Film Review: The Phantom of the Opera (1962)

Release Date: June 25th, 1962 (UK)
Directed by: Terence Fisher
Written by: John Elder
Based on: The Phantom of the Opera by Gaston Leroux
Music by: Edwin Astley
Cast: Herbert Lom, Heather Sears, Edward de Souza, Michael Gough, Thorley Walters, Patrick Troughton

Hammer Films, 97 Minutes

Review:

“I am going to teach you to sing, Christine. I am going to give you a new voice! A voice so wonderful that theatres all over the world will be filled with your admirers. You will be the greatest star the opera has ever known. Greater than the greatest! And when you sing, Christine, you will be singing only… for me.” – The Phantom

My memories of this film were much fonder than they probably should have been. Granted, I love Hammer horror, especially the films directed by Terence Fisher. Plus, this had Michael Gough in it and that guy’s typically fantastic.

I still like this film and I thought that the look of it was great and akin to what one would expect from a Hammer horror movie of this era. I also love the look of The Phantom and thought that his mask is one of the best the character has ever had in this story’s long history and countless adaptations.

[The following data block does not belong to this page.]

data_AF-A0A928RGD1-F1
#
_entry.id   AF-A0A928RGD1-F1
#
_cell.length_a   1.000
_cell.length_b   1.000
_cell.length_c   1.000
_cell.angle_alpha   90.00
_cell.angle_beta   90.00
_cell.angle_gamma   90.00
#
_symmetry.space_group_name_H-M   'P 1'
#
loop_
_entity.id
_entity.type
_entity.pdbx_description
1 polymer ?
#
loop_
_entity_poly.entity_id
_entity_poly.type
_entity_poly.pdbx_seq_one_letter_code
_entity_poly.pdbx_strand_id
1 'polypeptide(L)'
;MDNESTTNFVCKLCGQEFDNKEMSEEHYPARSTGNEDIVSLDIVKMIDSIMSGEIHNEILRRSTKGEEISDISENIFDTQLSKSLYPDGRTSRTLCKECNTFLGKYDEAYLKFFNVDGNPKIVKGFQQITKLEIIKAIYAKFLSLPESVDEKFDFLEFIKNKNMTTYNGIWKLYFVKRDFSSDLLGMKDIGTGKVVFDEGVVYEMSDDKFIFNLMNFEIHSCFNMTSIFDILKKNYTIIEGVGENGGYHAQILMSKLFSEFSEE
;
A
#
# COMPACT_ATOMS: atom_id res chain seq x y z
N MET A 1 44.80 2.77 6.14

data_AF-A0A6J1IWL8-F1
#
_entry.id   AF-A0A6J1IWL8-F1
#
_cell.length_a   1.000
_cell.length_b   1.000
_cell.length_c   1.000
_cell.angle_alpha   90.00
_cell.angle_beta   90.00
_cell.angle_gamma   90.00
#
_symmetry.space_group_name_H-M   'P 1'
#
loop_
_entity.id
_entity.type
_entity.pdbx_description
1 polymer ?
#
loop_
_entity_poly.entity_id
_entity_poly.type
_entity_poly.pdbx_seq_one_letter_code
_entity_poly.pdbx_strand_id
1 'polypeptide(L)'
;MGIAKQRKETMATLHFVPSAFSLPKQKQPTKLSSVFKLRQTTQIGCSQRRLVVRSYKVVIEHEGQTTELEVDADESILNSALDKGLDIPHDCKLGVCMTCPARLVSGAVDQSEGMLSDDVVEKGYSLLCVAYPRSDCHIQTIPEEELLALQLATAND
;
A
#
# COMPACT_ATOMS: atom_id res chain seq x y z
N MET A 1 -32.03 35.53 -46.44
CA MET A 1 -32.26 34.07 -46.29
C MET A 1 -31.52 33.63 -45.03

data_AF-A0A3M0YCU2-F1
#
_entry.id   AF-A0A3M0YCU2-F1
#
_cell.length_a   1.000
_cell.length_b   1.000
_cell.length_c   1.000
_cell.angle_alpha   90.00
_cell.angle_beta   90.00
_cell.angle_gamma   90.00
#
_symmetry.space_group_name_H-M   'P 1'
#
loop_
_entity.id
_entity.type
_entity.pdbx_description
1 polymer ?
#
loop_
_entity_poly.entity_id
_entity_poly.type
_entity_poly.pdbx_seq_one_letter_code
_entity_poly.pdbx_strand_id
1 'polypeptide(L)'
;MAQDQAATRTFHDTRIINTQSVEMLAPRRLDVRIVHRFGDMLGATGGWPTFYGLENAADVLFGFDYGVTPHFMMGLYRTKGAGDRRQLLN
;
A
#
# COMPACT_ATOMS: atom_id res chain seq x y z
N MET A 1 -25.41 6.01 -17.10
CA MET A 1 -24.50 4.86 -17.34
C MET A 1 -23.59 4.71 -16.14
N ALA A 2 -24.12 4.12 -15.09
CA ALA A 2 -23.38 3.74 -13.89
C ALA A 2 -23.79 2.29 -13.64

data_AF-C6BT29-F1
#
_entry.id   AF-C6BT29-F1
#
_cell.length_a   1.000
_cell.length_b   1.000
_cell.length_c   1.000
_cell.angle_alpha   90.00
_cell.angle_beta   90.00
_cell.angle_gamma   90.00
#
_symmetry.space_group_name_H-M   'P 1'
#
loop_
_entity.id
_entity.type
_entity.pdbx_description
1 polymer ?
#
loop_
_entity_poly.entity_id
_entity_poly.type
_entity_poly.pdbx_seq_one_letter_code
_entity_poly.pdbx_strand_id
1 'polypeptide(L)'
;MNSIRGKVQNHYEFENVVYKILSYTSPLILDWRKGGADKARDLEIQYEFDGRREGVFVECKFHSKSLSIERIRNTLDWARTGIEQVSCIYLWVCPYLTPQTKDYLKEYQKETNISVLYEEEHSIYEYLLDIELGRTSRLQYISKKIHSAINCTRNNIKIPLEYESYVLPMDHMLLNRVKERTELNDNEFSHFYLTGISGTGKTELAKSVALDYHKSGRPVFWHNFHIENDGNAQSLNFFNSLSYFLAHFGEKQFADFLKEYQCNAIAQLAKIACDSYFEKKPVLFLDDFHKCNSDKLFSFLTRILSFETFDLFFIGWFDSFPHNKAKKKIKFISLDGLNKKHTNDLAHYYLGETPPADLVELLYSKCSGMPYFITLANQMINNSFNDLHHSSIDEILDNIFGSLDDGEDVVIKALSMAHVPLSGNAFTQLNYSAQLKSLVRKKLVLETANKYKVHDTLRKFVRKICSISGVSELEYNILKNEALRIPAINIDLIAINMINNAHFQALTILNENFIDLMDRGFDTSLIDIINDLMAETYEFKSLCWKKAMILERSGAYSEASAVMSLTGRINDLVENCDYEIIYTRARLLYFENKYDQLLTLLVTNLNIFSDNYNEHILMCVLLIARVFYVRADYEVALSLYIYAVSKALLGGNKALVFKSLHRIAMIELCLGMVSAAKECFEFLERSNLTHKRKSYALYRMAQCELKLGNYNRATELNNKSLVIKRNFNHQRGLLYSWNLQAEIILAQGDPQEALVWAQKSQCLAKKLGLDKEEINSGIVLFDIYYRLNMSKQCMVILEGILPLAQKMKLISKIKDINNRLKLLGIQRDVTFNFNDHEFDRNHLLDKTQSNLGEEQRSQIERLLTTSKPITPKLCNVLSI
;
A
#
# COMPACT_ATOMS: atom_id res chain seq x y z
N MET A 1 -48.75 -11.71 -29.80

My biggest issue with this film, though, is that it is really slow and kind of boring, as some segments just drag along at a snail’s pace.

Also, the alterations to the plot didn’t really seem to benefit the story and I have to question why this deviated so much. I mean, that’s something that Hammer did often, as they wanted to tell their own story while using these famous literary characters but The Phantom of the Opera is already a pretty one-note story with a pretty one-note monster. This is probably why there weren’t a slew of Phantom sequels in the classic horror runs of Universal Studios and Hammer Films, which saw several Dracula, Frankenstein and Mummy movies.

Still, this is a good, competent film. It’s just not Hammer or Fisher’s best and it sort of feels like it was half-assed at the production stage. Maybe Hammer kept striking oil with all of Fisher’s other films based on classic monsters and all parties involved just phoned this one in.

I used to think of this as one of my favorite film adaptations of the story but it doesn’t hold a candle to the Lon Chaney or Claude Rains versions.

Rating: 6/10
Pairs well with: other Hammer films of the late ’50s through early ’70s, especially those directed by Terence Fisher.

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